Social media and I have had a confusing relationship ever since we discovered each other. By nature I’m a fairly shy, introverted person, yet I have a deep need to be in community with others. Those characteristics together can present interpersonal challenges. Social media, however, gives me a window into the lives of others without having to be more outgoing, as I’ve sometimes wished I was. I love catching glimpses of what’s going on with my family and friends. I love seeing the creative work of other artists and being inspired by their successes. I love meeting new people (and making great friends) through social media that I otherwise would not have met. I love being inspired to do good, especially in the midst of dark days.
But for me, there is a trade-off to the constant information-feed of social media. First, it’s become a habit. Just like I wake up and eat breakfast without thinking about it, I often grab my phone to see the latest news on Facebook or Instagram, without thinking. And if I do that enough times in the day suddenly minutes (hours?) disappear without me being aware. Second, while social media can be incredibly positive, it can also be wildly negative. It’s a place where many people don’t think about the impact of their words or the images they share. There is open judgement, slander and inappropriate content. I also recognize that everyone simply wants to be heard and validated, sometimes hurting others as they react to their own personal hurts. But is it wise to feed our minds with negativity, day after day, much like a never-ending reel of the evening news? I don’t believe so. Third, it tempts me to be discontent. I think this may be the biggest offender. I see the beautiful vacation photos in my timeline and the skilled artwork of fellow artists, happy things that most definitely should be celebrated. But if I’m not careful, my thoughts can easily shift from celebration of their joy to *myself*, wondering when it will be MY time to enjoy that tropical destination or have such incredible talent. And if enough people are “liking” the things I post, that means something, right? It’s the ultimate comparison trap rooted in the lie that we can’t be content where we are today with everything we already have.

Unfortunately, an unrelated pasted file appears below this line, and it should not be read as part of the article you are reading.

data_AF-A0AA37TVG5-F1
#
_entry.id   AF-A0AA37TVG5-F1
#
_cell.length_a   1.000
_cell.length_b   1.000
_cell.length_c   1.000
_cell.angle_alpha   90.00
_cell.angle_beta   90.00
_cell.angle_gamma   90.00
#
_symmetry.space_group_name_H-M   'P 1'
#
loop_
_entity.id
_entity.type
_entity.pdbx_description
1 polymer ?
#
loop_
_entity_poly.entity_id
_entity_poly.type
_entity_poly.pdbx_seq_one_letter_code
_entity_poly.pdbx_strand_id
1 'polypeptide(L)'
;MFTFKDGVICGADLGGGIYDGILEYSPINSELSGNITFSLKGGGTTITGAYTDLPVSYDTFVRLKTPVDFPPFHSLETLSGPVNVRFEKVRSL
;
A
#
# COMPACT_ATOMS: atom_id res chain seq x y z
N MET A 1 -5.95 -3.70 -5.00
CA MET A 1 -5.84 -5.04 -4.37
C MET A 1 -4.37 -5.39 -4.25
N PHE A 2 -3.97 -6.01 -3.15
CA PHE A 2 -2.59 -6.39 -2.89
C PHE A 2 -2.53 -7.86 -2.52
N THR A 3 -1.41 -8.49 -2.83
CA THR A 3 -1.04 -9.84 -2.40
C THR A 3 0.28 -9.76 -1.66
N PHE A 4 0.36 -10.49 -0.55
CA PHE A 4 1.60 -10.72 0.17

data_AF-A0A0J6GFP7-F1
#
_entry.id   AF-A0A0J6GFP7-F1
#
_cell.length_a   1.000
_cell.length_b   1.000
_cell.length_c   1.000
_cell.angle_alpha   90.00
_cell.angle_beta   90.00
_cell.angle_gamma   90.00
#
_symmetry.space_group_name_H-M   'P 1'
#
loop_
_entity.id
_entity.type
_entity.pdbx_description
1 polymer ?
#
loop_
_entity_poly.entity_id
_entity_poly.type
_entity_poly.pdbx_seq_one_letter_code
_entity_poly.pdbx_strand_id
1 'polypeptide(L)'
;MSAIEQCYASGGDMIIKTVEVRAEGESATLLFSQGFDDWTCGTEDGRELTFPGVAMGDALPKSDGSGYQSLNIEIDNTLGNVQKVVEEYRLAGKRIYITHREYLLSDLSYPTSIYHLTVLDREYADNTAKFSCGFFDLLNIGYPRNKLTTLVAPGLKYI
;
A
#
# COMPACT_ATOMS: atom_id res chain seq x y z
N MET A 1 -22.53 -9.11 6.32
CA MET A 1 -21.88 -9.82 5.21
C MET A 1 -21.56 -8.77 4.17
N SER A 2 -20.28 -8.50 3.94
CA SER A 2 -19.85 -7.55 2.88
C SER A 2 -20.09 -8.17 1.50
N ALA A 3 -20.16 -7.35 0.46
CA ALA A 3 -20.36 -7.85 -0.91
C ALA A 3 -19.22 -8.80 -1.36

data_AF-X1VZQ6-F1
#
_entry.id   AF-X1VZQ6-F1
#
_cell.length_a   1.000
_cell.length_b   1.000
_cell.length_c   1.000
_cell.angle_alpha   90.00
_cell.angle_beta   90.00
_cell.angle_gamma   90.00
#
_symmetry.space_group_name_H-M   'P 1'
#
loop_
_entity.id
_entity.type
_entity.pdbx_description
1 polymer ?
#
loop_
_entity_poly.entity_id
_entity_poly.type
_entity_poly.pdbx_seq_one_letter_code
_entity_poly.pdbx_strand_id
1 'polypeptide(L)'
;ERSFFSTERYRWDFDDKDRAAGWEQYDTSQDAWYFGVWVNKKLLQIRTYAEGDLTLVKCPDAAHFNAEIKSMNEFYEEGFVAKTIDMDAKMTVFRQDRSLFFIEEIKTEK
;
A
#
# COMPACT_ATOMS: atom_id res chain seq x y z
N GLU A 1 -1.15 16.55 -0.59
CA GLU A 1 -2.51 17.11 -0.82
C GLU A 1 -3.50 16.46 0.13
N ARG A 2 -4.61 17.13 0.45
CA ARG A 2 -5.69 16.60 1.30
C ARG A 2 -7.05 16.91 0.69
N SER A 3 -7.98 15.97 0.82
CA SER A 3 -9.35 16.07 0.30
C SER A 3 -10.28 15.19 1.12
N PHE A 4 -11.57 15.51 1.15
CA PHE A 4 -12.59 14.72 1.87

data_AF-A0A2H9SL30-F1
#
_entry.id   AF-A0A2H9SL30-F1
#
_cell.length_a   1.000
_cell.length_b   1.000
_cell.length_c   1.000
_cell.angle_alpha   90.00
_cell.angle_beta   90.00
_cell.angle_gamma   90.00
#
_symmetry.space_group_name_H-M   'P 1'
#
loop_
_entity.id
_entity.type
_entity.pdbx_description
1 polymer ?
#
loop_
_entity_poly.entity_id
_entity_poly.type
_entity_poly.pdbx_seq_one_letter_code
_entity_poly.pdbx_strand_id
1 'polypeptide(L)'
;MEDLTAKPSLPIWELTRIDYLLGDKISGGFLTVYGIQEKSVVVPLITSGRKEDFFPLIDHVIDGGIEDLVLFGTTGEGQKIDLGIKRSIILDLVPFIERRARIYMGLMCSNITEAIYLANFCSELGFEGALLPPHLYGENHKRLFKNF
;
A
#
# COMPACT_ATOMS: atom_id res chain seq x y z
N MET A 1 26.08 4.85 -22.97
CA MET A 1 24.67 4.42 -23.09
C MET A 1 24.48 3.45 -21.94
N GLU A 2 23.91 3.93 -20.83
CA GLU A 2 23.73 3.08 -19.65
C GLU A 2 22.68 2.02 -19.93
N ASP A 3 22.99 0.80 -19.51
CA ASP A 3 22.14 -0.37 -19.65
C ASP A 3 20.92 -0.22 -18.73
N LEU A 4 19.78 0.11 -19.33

So what does this mean for me?
I’m breaking up with social media.
I’m not quitting it altogether. But it’s no longer going to play a significant role in my life as it has in the past. The good news is that the chains have already begun to loosen when it comes to my personal use of it. But for work, not so much.
I confess it’s a little scary, as an artist, to think about not highly leveraging this tool. After all, what I do is visual in nature and what better avenue to share my work than a website that others view every day. But for now, if doing so isn’t best for me personally, then it’s not best for business. As I recently launched the new print collection, I had a beautiful season of productivity when the art poured out. I want to tap into that kind of productivity again, this time though, not feeling the need to stop and post my work along the way. At least, not as often as I was. One of my triggers for spending too much time on the web is posting content. Chad likes to say I start “squirreling” (i.e. going off on tangents) and while I used to take offense to that, I laugh now because it’s COMPLETELY true. Being on Instagram sometimes feels like being a kid in a candy store. I am wired to create. I am not wired to gorge myself with social information.
If these thoughts are alien to you and you’ve always had a healthy perspective on social media then kudos to you! I sincerely admire you. But if you can relate, I hope this inspires you to make positive changes regarding your own use of social media. I’ve been battling these thoughts for far too long. Enough is enough. Time is too precious to spend another (unaware) second with my face in my phone.
It’s time to look up.
It’s time to live in the present.
I am worth it.
You are worth it.